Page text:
Investigation Reveals New Zealand Midwife’s Inadequate Response to Women in Labour
A Strained Cry for Help:
A New Zealand Woman’s Distress Call Neglected In a shocking revelation, an investigation by the Health and Disability Commission (HDC) of New Zealand unearths a severe breach of the Code of Health and Disability Services Consumers’ Rights by a midwife who took a staggering 17 hours to respond to a woman in distress, in the throes of her first labor.
This incident, originally reported in 2019, resurfaced on Monday as the HDC released its investigative report findings. The event unfurled with a woman, in her 20s, at the cusp of full term and home alone, desperately reaching out to her midwife seeking guidance for her contracting pains.
A Frightening Tale of Inadequate Medical Assistance
As an unforeseen chain of events began to unfold, the midwife assessed the woman’s situation through text messages, but astonishingly, didn’t make an appearance until 17 hours later, at which point the woman was on the verge of giving birth.
Desperate and terrified, the woman had started to bleed, crying for an ambulance and begging for pain relief. Amidst constant calls and texts, she agonizingly found no indication of the midwife arriving anytime soon.
“No patient should ever have to beg for care,” the woman’s sister-in-law later reported to HDC. The incident illuminates a blatant disregard for timely medical intervention and patient comfort.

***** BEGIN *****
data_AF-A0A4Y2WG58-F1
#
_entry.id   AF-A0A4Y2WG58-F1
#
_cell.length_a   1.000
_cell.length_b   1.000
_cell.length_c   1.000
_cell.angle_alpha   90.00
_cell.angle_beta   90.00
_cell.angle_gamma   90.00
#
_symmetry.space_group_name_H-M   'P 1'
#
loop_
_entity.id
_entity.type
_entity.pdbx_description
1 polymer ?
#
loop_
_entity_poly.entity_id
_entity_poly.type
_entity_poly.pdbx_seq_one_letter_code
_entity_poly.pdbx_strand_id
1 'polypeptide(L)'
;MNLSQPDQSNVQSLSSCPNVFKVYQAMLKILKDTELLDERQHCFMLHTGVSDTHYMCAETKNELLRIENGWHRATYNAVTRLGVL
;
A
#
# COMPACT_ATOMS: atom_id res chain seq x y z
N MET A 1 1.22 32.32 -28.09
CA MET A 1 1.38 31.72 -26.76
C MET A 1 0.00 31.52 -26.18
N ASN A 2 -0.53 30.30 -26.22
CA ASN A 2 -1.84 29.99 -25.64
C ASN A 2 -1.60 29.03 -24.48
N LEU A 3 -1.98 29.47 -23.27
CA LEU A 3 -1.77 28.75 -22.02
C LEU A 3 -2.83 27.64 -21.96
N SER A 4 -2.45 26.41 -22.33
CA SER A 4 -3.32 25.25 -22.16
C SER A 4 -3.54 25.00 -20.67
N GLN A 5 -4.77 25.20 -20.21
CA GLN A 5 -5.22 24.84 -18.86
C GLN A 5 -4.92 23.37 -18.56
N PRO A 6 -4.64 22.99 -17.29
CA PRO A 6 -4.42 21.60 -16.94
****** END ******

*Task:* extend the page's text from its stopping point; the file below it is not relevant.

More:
A Miraculous Outcome Amidst Chaos
Despite the harrowing experience, the woman eventually delivered a healthy baby boy vaginally, although complications arose postpartum.
The woman’s ordeal didn’t end with the birth; her plea for care was met with a nonchalant response, resulting in an overall unsettling and traumatic experience.
Deputy Commissioner Rose Wall acknowledged that the failures primarily involved the midwife’s inability to provide appropriate information, communication about labor progression, or the necessary pain relief options.
Serious Breach of Health Care Rights
The midwife was found to have violated Right 4 (1) and Right 4 (2) of the Code by not delivering services, support, or the necessary information the woman was entitled to during her labor and the immediate 24 hours following the delivery.
The lack of relevant documentation was another aspect where the midwife fell short. The Deputy Commissioner emphasized, “The woman did not receive the standard of midwifery care, support, and information she was entitled to.”
In the wake of the investigation, the midwife, currently not practicing, reported having completed a record-keeping course and moving towards a more sustainable working arrangement.
A written apology was recommended for the woman, along with the suggestion that the Midwifery Council should consider these findings if the midwife intends to resume practice.
A Lesson for Future
This unfortunate incident underscores the critical importance of midwives providing individualized care in partnership with women and maintaining adequate documentation.
The event serves as a cautionary tale for the healthcare industry about the urgency of taking patients’ pleas seriously and responding with immediate care.